Last minute Christmas gifts for parents and kids

Gifts for adoptive families: books about adoption, multicultural toys, and worthy charities

WASHINGTON, December 13, 2012 — Christmas is coming.  For those procrastinators among us, there’s still a bit of time left to shop for gifts for adoptive and foster care parents and kids. 

From books about adoption to otherwise hard-to-find multicultural dolls, there are some great holiday gifts a quick click away.  

And, as we buy gifts for our friends and family, we may want to think about giving to organizations that help less fortunate children.  With that in mind, I have assembled a short list of worthy charities that help oprhaned children and those living in foster care.  Why not leave a comment and suggest some of your favorite charities?

Gifts

Despite America’s great diversity, it remains as difficult as ever to find toys and dolls that reflect that diversity. Sleepysoft sells biracial, Hispanic, black, and Asian dolls for babies and children.

Children of The World sells a variety of multicultural dolls, as well as world music and also ornaments from Korea and China, which make great stocking stuffers.

Books and Films

Goodreads has a large selection of adoption books, spanning the gamut from books aimed at parents to toddlers.

The book In On It: What Adoptive Parents Would Like You to Know About Adoption by Elisabeth O’Toole is  a good present to give to adoptive parents or those adoptive-parents-to-be on your gift list.  It’s also aimed at family members and close friends.  It explains what it is really like to be an adoptive parent, what parents go through to get there and what they’re most sensitive talking about.  This can also be a good gift (and a subtle hint) to family and friends.

The Mulberry Bird is a classic story that’s recently been reissued.  The tale of a struggling mother bird who makes the difficult decision to give up her baby bird in an order to live him a secure life with another family is ideal for parents to read to young adopted children.

Journey to Jemima is Bradley Gregg’s documentary film about a couple’s international adoption experience.  The film follows them as they spend a month in the country of Kazakhstan as they meet their daughter and other children at the orphan house at Semi-Palatinsk.

Charitable Giving

Children’s Friend, based in Rhode Island, helps children living below the poverty level through a variety of means—from social services to education to counseling.  The non-profit also assists birth parents, adoptive families and foster care families in making sure every child is cared for and reaches his or her potential.  You can give directly or through the United Fund if you designate your check to Children’s Friend.

A birthday cake may seem like simple thing, but to children in foster care it symbolizes far more than a sweet treat; it sends a signal someone cares about them.  Cakes4Kids is a nonprofit that delivers birthday cakes to children in foster care in the San Francisco Bay area.

Casey Family Programs is laser-focused on improving the child welfare system for foster care kids in the United States, working with families, children and governmental decision makers.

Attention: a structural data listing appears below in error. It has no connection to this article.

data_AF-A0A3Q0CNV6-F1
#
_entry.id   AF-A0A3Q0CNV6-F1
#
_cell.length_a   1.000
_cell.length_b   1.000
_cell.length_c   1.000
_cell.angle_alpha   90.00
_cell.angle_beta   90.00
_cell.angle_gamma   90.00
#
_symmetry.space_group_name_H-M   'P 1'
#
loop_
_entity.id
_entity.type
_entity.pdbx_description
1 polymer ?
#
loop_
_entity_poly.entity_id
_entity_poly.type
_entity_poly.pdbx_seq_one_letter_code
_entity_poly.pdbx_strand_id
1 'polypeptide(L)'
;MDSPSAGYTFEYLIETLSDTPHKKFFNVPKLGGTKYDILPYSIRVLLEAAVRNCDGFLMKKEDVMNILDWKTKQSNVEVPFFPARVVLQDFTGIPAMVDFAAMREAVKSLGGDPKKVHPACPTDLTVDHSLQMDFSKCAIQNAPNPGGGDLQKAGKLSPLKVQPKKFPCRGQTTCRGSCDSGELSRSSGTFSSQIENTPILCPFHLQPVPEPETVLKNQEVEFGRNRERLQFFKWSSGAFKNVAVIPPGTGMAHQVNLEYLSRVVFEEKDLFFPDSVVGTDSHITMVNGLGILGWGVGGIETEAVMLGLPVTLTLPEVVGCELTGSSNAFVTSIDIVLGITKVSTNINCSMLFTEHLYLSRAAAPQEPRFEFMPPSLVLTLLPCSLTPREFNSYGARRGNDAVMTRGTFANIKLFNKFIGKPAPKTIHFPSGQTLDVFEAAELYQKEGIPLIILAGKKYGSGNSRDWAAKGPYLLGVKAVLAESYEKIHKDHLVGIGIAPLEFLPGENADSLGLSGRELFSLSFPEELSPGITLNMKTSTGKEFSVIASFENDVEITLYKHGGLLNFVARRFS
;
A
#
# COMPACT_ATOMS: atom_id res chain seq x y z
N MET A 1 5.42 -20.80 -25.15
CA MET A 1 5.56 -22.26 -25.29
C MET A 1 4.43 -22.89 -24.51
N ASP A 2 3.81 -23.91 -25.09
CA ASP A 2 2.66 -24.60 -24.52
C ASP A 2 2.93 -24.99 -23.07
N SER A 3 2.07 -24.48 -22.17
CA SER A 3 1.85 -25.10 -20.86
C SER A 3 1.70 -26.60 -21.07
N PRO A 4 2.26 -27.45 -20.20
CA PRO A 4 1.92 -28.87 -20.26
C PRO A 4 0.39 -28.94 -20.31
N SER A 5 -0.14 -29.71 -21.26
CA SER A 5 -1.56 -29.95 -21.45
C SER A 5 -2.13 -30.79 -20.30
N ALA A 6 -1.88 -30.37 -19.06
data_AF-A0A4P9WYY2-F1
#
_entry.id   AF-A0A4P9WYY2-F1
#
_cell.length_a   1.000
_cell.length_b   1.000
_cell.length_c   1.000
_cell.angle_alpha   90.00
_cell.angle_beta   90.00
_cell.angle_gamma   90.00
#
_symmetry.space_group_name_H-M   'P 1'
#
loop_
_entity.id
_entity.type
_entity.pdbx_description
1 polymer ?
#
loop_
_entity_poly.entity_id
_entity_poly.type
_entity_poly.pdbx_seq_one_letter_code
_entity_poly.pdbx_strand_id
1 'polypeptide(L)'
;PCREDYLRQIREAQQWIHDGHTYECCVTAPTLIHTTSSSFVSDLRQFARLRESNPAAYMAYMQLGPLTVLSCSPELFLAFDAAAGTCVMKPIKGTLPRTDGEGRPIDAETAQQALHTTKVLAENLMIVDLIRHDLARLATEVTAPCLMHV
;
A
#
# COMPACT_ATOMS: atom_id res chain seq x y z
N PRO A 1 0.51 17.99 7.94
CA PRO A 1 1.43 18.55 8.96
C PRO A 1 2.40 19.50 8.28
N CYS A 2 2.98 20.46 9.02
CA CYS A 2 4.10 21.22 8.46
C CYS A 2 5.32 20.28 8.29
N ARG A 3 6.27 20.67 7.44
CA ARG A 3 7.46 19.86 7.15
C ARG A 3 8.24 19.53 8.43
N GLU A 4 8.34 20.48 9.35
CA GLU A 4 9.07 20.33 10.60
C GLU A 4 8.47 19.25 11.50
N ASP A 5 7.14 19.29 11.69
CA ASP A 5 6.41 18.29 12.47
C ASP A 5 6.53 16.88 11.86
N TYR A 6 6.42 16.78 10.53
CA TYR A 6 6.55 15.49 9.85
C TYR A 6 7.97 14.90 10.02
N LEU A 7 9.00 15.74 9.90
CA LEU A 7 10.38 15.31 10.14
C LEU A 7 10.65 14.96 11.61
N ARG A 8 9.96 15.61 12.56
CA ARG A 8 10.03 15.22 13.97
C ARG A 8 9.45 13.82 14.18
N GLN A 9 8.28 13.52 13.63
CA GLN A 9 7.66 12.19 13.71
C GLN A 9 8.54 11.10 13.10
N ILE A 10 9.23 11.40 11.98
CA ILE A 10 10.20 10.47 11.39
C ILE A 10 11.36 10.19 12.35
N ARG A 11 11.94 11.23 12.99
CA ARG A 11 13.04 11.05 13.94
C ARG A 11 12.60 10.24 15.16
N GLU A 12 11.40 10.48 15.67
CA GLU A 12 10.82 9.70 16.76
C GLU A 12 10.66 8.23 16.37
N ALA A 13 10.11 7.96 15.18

Founded and run by a mother of two adopted girls from Vietnam, Charitable Dreams  assists poor children and their families in rural Vietnam.  This organization helps combat poverty and to keep families in tact in an effort to reduce the number of children placed in orphanages.

Both Ends Burning aims to promote adoption for children without families.  The organization works with world leaders on creating solutions to barriers to adoption and fostering awareness of the issues facing orphaned children.

The Congressional Coalition on Adoption does not take any government funding for the work it does on behalf of the millions of kids in the U.S and around the world who do not have a family.  The organization relies solely on donations to do its valuable work.


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Andrea Poe

Andrea Poe is a veteran journalist, whose work has appeared in thousands of publications, including Town & Country, Marie Claire and Entrepreneur.  She is the author of several books and her work has appeared in many others, including anthologies and college textbooks. 

Andrea serves as editor of the Travel & Food section at The Washington Times Communities.  Her love of travel has led her to cover everything from remote villages in the Andes to her hometown of New York, from Paris to Pittsburgh, from Beijing to the Bahamas.  No matter where she travels, she likes to uncover the unusual and share with readers those often-overlooked aspects of a place and its people.  She dubs her column Raven’s Eye as a nod to her illustrious (and, yes, infamous) relative, Edgar Allan Poe, a writer who knew more than a little something about the quirky and unique.  

Andrea is also mother to Maxine, who was adopted from Vietnam in 2006, and is the inspiration for The Red Thread column on adoption at The Washington Times Communities.   Andrea is currently at work on a book on international adoption.

In addition to her work as mother, writer and traveler, she is the founder and president of Media Branding International, a consulting firm that helps individuals and organizations craft and promote their image in media outlets around the globe.

Find Andrea at andpoe@Twitter, on Facebook and LinkedIn.

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